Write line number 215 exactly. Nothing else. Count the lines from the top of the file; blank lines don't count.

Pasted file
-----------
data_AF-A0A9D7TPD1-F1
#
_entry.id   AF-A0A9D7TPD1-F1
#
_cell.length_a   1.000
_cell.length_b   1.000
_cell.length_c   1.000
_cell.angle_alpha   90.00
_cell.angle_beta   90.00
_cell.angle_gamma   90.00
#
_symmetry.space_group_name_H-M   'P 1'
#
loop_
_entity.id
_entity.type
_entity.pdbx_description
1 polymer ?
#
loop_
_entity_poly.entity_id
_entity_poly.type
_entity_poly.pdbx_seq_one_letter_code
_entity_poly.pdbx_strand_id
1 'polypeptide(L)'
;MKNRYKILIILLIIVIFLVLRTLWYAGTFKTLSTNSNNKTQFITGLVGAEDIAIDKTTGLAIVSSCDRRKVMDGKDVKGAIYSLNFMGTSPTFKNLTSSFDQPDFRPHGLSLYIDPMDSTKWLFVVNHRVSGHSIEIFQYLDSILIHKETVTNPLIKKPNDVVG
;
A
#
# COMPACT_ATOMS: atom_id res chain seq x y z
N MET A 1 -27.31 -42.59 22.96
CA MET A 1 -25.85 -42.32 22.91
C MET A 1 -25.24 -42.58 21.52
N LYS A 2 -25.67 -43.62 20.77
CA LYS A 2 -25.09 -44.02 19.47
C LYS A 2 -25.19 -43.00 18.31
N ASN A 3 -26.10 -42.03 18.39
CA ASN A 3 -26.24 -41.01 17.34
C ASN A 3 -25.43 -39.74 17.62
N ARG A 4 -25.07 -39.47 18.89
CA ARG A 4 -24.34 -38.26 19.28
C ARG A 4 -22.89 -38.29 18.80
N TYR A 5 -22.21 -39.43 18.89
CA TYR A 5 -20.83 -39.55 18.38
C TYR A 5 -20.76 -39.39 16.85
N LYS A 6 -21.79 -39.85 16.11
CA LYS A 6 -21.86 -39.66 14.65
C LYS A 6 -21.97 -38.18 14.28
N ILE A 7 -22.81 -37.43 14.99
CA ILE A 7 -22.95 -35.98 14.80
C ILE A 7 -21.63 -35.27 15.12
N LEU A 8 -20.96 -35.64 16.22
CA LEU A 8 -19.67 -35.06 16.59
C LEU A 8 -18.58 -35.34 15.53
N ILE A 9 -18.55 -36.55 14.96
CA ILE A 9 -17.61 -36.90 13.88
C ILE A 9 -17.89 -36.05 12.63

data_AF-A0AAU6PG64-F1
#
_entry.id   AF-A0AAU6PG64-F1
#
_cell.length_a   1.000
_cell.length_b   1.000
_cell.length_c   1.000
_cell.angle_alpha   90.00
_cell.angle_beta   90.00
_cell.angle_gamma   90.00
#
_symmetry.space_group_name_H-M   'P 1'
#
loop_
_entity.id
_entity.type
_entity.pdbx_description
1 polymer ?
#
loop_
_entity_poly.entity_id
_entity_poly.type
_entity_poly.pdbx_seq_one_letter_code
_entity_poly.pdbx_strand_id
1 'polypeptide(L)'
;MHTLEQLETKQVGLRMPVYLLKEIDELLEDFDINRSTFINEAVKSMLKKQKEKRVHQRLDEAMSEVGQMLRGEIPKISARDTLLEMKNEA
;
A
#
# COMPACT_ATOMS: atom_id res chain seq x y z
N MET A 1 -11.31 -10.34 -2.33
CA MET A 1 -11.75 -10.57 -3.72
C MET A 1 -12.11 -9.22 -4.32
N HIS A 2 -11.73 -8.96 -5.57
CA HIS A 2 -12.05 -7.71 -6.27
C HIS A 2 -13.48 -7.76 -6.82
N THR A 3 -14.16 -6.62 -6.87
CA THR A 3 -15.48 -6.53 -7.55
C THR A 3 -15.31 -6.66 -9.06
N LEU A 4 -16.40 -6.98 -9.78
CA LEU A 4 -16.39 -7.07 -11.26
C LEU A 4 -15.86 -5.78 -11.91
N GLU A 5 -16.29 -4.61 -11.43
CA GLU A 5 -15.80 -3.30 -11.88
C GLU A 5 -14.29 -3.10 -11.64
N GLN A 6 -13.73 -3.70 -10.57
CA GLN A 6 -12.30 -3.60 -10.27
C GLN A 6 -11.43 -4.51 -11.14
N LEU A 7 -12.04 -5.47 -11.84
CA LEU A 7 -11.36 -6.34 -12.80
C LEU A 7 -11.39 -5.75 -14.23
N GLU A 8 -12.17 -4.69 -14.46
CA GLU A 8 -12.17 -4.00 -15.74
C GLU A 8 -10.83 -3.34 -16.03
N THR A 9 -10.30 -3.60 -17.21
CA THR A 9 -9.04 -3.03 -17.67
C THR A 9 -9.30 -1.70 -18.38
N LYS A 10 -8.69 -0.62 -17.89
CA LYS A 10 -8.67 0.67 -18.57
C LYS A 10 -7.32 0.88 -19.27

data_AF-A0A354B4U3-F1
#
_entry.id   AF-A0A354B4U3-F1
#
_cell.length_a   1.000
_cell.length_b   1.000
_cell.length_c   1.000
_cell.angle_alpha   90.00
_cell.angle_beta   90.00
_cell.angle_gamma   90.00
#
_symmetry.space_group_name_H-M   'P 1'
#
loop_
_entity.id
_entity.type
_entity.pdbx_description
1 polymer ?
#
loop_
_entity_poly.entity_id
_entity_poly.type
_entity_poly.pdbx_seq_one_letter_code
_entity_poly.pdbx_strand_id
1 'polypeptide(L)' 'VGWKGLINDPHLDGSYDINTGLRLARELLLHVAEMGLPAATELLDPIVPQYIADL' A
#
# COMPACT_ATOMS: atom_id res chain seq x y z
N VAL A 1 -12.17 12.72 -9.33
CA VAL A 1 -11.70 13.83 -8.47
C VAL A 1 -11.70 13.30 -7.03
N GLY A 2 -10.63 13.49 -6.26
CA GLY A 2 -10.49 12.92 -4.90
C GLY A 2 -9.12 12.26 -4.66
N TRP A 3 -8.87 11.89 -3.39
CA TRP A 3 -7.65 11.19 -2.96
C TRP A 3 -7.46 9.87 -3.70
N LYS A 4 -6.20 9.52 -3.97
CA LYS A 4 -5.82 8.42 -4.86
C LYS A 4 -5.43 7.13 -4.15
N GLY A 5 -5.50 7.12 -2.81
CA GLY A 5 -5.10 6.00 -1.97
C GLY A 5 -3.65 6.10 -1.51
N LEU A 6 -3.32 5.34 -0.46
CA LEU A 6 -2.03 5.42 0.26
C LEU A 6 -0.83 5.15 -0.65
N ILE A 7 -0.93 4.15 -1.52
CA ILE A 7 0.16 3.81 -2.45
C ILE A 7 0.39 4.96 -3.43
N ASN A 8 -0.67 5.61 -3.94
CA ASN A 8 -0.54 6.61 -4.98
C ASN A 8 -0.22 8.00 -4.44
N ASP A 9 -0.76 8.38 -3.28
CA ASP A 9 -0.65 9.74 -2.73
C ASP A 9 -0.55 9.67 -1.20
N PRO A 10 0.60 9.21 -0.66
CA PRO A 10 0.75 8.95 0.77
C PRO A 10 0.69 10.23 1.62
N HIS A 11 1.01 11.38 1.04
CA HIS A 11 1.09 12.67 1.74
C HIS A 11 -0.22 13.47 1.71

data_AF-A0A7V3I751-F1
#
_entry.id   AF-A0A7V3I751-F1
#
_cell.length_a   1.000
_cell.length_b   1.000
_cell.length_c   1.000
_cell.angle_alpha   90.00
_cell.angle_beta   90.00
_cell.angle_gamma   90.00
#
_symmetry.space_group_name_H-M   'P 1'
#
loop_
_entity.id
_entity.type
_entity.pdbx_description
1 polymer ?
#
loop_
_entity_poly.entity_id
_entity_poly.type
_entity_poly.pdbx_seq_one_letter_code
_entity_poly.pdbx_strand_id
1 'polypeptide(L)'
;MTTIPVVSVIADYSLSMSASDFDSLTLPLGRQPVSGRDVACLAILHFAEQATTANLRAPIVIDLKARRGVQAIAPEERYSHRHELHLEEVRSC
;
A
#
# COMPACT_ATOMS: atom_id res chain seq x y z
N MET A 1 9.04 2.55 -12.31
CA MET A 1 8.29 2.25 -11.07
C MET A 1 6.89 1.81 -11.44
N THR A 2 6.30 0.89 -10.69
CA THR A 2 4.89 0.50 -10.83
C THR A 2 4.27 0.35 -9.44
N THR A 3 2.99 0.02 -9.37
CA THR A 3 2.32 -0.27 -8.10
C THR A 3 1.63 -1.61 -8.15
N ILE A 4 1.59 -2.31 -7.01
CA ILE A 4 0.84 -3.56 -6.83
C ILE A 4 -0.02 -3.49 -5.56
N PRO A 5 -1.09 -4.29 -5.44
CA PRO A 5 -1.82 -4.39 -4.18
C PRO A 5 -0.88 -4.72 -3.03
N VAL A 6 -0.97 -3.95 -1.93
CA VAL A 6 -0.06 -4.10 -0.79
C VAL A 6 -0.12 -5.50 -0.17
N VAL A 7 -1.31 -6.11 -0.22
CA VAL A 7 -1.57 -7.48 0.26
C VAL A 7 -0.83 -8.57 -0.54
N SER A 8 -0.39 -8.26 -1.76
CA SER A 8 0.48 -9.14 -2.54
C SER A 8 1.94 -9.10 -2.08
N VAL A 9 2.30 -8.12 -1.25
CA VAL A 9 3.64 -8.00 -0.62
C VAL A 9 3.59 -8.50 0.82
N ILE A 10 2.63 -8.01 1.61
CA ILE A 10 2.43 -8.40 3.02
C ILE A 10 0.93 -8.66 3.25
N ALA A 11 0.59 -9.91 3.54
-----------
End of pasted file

CA THR A 3 2.32 -0.27 -8.10